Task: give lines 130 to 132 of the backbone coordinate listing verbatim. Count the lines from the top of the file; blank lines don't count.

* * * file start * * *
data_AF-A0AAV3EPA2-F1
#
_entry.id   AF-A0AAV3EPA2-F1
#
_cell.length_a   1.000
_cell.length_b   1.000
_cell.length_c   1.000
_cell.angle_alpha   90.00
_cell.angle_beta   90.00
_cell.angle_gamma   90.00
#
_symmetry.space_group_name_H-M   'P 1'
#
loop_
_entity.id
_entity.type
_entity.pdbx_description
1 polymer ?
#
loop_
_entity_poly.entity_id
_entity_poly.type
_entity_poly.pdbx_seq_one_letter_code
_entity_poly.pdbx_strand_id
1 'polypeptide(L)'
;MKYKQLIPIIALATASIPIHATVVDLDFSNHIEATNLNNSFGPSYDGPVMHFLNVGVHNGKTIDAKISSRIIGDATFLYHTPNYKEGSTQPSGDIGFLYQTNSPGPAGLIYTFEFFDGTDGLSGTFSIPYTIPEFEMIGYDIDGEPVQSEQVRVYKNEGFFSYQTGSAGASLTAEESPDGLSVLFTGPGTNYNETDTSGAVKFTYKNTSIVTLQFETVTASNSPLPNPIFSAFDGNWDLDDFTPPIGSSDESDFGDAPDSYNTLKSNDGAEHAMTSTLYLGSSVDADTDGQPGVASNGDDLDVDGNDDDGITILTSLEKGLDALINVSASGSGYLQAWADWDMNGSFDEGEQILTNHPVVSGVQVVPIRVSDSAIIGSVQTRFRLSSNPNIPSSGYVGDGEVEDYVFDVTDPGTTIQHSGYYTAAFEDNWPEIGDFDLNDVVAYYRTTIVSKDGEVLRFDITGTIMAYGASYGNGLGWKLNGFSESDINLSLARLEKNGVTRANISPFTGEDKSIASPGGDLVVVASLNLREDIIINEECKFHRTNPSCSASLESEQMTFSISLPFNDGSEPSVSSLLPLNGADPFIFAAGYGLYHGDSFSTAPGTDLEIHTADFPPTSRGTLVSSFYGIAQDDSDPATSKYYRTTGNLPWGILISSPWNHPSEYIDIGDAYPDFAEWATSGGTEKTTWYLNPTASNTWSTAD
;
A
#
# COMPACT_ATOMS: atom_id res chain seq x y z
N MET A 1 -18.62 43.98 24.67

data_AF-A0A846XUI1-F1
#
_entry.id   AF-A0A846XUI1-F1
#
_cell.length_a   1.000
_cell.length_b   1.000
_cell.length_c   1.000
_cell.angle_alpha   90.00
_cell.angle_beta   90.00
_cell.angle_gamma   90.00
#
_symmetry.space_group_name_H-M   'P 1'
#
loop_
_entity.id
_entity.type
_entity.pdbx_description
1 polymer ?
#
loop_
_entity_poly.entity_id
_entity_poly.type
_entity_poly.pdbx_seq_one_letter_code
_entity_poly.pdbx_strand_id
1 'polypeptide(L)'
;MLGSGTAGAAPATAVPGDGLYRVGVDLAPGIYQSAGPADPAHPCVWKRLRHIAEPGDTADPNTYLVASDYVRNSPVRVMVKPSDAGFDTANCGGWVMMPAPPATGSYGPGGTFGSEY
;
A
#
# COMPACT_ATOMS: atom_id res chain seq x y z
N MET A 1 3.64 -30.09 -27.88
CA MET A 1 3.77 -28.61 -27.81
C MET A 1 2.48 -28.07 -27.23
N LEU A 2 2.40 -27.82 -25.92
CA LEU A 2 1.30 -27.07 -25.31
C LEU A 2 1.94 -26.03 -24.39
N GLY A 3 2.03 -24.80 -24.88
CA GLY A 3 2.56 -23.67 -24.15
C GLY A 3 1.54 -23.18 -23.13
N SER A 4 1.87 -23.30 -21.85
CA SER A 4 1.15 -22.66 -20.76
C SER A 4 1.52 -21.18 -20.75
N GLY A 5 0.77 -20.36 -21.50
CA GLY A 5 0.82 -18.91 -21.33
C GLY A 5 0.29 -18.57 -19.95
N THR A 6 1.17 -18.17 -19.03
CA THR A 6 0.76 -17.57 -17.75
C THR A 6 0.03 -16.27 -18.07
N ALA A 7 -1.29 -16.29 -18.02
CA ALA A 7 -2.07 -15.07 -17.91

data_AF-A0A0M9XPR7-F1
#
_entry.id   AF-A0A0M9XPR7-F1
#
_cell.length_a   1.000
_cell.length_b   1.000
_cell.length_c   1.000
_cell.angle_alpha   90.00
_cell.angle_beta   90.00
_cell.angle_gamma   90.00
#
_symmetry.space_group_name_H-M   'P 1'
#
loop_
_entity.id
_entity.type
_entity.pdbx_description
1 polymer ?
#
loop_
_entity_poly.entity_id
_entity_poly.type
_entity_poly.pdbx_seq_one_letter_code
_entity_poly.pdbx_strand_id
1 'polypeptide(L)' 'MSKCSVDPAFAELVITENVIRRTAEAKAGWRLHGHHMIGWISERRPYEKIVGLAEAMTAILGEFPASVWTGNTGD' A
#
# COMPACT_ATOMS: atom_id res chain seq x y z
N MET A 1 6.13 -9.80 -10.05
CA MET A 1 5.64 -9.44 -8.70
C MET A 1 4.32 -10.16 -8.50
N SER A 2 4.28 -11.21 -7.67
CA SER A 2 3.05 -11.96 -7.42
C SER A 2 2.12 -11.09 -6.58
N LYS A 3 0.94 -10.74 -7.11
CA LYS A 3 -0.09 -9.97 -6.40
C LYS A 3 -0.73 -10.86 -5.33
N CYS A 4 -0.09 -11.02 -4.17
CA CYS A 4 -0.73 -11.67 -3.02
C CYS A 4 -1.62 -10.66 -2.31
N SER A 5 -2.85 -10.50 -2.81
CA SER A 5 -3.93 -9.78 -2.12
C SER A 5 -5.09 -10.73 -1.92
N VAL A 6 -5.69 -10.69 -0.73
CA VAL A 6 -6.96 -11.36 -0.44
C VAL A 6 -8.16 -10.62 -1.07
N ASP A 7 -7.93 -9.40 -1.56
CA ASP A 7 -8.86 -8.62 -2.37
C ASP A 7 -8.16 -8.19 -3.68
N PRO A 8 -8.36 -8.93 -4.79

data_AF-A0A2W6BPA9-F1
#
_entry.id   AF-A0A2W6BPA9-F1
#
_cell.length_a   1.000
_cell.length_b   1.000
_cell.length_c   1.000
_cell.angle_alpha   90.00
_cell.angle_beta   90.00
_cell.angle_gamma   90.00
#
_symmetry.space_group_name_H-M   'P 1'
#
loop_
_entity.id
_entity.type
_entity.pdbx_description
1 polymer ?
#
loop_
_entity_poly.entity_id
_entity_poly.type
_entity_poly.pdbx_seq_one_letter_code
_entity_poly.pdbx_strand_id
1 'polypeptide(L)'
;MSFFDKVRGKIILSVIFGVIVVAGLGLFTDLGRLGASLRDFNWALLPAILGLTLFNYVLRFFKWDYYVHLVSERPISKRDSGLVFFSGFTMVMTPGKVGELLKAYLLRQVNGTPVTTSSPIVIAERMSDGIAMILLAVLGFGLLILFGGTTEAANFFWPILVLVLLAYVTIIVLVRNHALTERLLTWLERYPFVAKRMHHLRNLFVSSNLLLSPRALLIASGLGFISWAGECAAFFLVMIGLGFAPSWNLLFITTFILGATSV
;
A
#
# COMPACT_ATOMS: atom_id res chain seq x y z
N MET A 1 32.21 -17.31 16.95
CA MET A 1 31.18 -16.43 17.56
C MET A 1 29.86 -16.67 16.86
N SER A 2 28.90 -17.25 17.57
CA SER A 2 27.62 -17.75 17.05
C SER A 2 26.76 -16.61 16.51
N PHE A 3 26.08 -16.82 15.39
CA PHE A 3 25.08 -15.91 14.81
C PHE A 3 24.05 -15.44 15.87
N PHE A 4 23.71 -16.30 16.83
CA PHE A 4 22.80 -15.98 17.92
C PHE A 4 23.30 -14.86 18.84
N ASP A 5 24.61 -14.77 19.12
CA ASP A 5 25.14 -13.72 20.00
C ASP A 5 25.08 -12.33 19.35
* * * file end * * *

N PRO A 8 -8.36 -8.93 -4.79

data_AF-A0A2W6BPA9-F1
#